Joshua Weil, the Kaiser Santa Rosa doc who flies off to serve at natural disasters, is home from the Philippines with a thousand mental images and potent impressions.
Two dominate. One recalls the dauntingly vast and deadly impact of the wall of water driven by the Nov. 8 typhoon.
"We heard people say they didn't understand when the government said there would be a 'tidal surge,'" Weil said. He gazed in pained awe at areas near coastal Tacloban, where a largely unexpected swell about 20 feet high swept away virtually everything and everybody in its path.
Weil, who served for two weeks with the team of Kaiser Permanente volunteers he directed, found the devastation to be even more widespread than that he witnessed in Haiti shortly after the earthquake of January 2010.
He helped to treat more than 3,000 Filipinos. At this point, more than a month after Typhoon Haiyan, he and the other volunteers saw mostly people injured while clearing debris or rebuilding, and people for whom medical care is a luxury and who sought to be examined and perhaps given some vitamins or Tylenol.
"Everybody was appreciative," Weil said.
His second greatest impression: the resilience of the stricken Filipinos. Though the challenges of reconstruction are huge, he found people hard at work rebuilding their simple homes and lives.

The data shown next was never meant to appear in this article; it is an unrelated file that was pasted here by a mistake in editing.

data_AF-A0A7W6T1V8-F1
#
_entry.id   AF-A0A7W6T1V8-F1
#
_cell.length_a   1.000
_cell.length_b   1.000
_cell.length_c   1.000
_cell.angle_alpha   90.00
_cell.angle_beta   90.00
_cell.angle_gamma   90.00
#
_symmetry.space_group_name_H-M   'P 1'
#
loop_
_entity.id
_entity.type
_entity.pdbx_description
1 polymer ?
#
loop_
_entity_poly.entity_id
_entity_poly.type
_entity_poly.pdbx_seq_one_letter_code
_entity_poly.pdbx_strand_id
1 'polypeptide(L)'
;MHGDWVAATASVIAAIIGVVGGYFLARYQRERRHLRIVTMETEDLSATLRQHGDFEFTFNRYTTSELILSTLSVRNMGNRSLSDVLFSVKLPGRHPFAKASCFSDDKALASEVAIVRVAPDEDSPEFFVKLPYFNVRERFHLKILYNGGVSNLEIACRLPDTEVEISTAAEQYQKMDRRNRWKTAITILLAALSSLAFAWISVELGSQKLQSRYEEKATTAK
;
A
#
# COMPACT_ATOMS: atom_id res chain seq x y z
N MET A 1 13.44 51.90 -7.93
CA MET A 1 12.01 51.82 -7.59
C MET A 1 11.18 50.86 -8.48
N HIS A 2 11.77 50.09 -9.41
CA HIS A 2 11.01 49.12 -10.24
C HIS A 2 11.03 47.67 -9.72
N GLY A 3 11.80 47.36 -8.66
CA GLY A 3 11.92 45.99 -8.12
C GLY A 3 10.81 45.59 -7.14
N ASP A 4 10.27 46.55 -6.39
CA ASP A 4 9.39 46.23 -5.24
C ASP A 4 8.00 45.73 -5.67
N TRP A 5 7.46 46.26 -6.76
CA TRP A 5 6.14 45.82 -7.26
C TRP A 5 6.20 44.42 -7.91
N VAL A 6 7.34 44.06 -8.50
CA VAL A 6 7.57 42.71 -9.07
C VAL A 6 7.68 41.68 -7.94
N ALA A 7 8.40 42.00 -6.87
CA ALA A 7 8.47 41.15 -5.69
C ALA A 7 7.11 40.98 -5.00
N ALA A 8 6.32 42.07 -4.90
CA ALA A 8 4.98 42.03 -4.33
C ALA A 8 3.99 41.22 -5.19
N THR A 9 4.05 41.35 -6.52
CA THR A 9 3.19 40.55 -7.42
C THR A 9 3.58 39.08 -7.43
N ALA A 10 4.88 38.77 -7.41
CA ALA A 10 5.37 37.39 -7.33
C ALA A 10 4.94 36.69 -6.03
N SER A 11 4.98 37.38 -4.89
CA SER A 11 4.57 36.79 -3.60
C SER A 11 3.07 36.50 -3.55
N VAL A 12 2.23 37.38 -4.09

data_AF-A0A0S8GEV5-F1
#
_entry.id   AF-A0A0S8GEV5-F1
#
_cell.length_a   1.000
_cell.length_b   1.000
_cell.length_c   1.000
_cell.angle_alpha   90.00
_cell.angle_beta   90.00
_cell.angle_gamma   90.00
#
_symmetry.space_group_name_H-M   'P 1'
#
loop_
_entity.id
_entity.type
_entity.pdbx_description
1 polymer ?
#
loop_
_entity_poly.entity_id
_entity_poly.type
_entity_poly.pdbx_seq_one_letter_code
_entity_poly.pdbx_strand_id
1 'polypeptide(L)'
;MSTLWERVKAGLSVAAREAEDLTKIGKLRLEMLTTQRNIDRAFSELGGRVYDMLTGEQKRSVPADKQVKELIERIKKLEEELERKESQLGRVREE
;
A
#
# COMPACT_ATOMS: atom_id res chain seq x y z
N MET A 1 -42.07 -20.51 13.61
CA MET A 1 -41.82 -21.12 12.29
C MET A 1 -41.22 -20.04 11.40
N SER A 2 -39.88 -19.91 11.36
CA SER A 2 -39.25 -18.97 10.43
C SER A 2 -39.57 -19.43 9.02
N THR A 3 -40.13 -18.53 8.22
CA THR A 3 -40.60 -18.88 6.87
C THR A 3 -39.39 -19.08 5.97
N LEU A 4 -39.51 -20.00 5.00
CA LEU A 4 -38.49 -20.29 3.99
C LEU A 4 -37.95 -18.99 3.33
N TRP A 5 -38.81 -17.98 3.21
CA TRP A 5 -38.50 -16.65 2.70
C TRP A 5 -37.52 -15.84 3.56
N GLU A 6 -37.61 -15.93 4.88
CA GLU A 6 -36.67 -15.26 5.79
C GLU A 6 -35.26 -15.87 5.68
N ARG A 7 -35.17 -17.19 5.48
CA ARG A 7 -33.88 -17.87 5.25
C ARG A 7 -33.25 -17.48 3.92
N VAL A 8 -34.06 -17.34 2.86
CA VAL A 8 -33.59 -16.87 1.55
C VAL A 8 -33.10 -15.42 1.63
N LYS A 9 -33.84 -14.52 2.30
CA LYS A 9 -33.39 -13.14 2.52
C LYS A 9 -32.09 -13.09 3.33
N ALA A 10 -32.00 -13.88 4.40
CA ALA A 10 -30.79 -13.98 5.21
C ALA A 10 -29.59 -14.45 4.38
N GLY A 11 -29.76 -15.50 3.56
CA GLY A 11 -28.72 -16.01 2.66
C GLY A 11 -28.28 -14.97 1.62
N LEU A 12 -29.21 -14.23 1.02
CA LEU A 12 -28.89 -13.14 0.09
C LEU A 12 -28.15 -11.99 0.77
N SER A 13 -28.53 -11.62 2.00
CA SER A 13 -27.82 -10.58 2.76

He often read and heard the exhortations "Bangon!" — Rise Up — and "Tindog!" — Stand Up.
"That's kind of what the people were doing. They were rallying. They were determined to carry on."
REDWOOD REBORN: It was sad for Slater Middle School kids and other passers-by to witness the felling of an ailing redwood tree in a yard on Sonoma Avenue.
But residents Rich and Karla Reid purposely left a stump taller than a man. Today, people passing by enjoy seeing a woodcarver's flair transform what's left of the tree into a piece of fanciful and forever art.
So far there are tower steps, a gnome and, on top, a floral flourish. Much of the rest of the tree will reappear in the yard as raised beds.
IT'S RED, IT FLIES and come Saturday morning (weather permitting) a REACH ambulance-helicopter will deliver the master elf to the Sonoma County Airport.
Santa Claus is set to touch down at about 10:30 and to listen to children's Christmas wishes at the Pacific Coast Air Museum until 4.
REACH and the Active 20-30 Club are working with the public, nonprofit PCAM to get Santa here safely and lawfully. Flying reindeer and an open-air sleigh don't cut it with the FAA.
(Chris Smith is at 521-5211 and email@example.com.)